Deborah Bowness – Off The Wall

Rose Dress from the 'Frocks' collection
Rose Dress from the 'Frocks' collection
Deborah in her studio  Photo credit: Julian Anderson

Deborah in her studio
Photo credit: Julian Anderson

Deborah Bowness grew up near York, attended Leeds College of Art before embarking on a Constructed Textiles MA at The Royal College of Art. She now resides and works in St Leonards, designing iconic wallpapers that are shipped all over the world. I sat with Deborah and had a very ‘Northern’ chat about processes, inspirations and claims to fame.

So first of all can you tell us a bit about the process from design to production?

It normally starts with a photograph or a montage of photographs. Somehow I’ve developed this knack of taking pictures of things in such a way that it can be made life-sized. So I take my collection of photographs, montage them together and sometimes I’ll have left a bit out by mistake so I’ll kind of find another bit that fits. So it’s not always perfect and the shadow is what creates the mis-shapen look sometimes. Then I print out the photos and they get enlarged on a scanner, then printed black and white onto wallpaper. Then this is screen printed on top of.

Who does the screen printing?

It’s done in-house. I set up 3 print beds, some have screens already made but often we’ll use paper stencils.

Where do you source the images that you use?

I don’t usually go around with a camera, basically it’s when I’m in the mood. It’s like hoarding with the eyes!

Do you go out with a set design in your head that you have to take photographs for? Or is it the other way round?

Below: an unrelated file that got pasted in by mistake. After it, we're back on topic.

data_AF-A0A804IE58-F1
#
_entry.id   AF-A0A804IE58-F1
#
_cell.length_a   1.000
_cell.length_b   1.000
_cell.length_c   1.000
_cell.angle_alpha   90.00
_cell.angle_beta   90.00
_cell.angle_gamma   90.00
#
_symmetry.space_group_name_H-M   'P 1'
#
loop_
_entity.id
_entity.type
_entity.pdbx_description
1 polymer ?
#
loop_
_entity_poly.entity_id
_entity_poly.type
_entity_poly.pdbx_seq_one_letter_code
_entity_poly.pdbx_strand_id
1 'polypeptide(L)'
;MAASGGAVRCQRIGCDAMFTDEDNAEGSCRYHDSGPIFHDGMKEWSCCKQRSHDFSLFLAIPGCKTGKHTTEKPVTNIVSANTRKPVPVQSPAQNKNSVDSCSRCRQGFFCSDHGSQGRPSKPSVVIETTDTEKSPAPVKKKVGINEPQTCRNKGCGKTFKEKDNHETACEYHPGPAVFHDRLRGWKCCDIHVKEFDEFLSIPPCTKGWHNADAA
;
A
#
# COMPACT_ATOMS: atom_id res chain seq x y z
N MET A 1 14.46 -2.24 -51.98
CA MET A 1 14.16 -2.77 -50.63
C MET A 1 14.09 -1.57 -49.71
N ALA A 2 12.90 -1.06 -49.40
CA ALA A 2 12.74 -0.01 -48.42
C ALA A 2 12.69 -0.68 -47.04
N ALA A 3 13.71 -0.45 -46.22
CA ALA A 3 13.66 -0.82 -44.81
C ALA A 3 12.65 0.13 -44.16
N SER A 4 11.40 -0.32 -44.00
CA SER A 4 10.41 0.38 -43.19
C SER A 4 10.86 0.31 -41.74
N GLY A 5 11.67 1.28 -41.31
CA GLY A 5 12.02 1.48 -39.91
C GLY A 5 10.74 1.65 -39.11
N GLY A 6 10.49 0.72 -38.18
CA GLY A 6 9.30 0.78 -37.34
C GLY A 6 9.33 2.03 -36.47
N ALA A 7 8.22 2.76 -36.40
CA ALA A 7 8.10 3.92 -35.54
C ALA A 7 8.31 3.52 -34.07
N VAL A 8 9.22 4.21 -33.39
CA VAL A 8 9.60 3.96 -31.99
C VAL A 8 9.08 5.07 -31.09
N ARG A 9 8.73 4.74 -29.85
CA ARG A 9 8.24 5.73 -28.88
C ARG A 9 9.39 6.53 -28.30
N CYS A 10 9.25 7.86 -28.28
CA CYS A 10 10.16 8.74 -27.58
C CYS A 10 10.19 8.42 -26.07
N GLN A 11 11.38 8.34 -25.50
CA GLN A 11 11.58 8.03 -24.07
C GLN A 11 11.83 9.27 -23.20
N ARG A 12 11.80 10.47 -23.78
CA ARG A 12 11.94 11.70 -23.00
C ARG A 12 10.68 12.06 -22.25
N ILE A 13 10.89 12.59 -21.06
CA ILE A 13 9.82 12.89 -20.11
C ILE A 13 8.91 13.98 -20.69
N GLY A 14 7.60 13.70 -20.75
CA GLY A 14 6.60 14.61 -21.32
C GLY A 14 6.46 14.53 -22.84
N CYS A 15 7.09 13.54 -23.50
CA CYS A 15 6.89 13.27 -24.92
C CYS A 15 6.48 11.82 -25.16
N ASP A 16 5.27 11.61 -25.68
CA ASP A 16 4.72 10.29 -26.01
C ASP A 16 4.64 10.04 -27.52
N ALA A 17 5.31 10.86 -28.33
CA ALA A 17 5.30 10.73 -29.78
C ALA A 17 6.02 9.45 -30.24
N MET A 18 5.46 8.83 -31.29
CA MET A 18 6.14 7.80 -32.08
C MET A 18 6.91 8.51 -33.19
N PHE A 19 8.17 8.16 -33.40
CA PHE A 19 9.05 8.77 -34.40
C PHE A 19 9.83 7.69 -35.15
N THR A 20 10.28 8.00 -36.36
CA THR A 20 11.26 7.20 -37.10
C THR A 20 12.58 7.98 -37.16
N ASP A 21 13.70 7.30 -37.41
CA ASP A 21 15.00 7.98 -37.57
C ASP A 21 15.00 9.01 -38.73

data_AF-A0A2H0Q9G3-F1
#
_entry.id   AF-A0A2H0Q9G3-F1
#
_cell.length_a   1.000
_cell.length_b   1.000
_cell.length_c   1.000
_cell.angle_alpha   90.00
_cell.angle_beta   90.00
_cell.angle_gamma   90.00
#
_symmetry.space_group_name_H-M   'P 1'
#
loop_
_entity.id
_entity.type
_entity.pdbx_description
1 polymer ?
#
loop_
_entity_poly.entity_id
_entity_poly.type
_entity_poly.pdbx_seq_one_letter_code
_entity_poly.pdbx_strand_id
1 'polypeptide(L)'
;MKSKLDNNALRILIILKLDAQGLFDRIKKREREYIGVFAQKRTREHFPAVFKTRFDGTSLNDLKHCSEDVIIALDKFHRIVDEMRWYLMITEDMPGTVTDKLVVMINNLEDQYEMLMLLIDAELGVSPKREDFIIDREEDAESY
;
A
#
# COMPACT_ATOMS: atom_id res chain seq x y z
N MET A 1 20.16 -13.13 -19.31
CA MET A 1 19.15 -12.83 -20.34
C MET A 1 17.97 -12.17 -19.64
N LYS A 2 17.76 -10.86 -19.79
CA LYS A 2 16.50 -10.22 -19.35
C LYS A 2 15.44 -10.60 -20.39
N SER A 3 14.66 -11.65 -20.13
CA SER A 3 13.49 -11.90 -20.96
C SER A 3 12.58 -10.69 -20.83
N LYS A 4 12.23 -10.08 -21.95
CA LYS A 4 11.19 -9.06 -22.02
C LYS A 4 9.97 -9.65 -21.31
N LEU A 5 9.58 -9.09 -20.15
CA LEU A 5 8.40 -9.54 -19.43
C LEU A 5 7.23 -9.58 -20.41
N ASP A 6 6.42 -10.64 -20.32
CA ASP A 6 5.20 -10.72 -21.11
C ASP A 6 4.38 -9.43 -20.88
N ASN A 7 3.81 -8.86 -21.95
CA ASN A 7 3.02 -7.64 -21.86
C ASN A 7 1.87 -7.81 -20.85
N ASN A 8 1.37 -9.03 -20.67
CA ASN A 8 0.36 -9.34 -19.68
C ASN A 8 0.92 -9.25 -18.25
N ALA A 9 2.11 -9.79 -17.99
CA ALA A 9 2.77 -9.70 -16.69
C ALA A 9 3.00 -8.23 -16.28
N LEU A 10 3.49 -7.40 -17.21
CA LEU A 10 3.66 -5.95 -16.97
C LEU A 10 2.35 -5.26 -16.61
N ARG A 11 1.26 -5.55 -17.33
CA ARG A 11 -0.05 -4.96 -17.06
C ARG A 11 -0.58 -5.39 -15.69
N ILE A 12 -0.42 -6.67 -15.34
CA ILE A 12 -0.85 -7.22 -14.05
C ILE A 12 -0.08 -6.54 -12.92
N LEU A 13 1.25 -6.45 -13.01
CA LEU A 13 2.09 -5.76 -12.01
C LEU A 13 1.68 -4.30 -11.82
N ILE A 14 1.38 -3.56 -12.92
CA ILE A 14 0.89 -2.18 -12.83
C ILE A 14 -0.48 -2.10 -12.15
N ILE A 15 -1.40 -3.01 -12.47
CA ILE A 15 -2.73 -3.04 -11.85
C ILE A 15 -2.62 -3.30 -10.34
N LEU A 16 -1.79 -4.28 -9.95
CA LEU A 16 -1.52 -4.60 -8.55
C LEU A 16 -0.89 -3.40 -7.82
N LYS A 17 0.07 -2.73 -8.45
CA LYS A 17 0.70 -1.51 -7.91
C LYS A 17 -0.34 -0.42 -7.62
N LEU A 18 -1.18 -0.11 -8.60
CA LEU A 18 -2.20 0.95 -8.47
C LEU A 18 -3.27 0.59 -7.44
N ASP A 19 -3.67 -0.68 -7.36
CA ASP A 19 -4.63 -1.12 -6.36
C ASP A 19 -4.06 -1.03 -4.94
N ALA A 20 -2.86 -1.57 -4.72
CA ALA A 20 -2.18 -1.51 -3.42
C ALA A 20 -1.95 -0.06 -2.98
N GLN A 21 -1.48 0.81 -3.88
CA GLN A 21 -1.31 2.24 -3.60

I don’t tend to go out with an intention… but then when it comes to putting together a new collection, it turns out that I’ve photographed along a certain line or theme and I can pull lots of images together that somehow make a collection. It’s like I’m subconsciously connecting things when I’m out.

Do any of the objects, e.g. the frocks or the glassware actually belong to you?

I’ll start off with a few and then I’ll go off an collect more. It’s like I hoard a bit of everything. Sometimes I use friend’s things. Sometimes the subject is really personal, sometimes it’s not.

Do you ever wear any of the frocks?

Yeah. I have done. I wore the original two frocks. One was rented for the end of year ball and it got so muddy that they wouldn’t take it back… so I ended up with it. And the other one, I have worn it, but it’s all ripped now, I can’t wear it anymore.

So the ‘Painted Wall in Moscow’ is really colourful in comparison to your other work, was this a slightly scary departure for you?

Well it wasn’t my colour! It was just something I saw and it’s very different and it kind of doesn’t sit even with what I do. I just wanted everyone to see it. It was a huge motorway bridge and what is on the wallpaper is to scale, so it literally looks like someone’s just gone and painted the whole bridge inside and outside. It’s bonkers.

'Painted Wall In Moscow'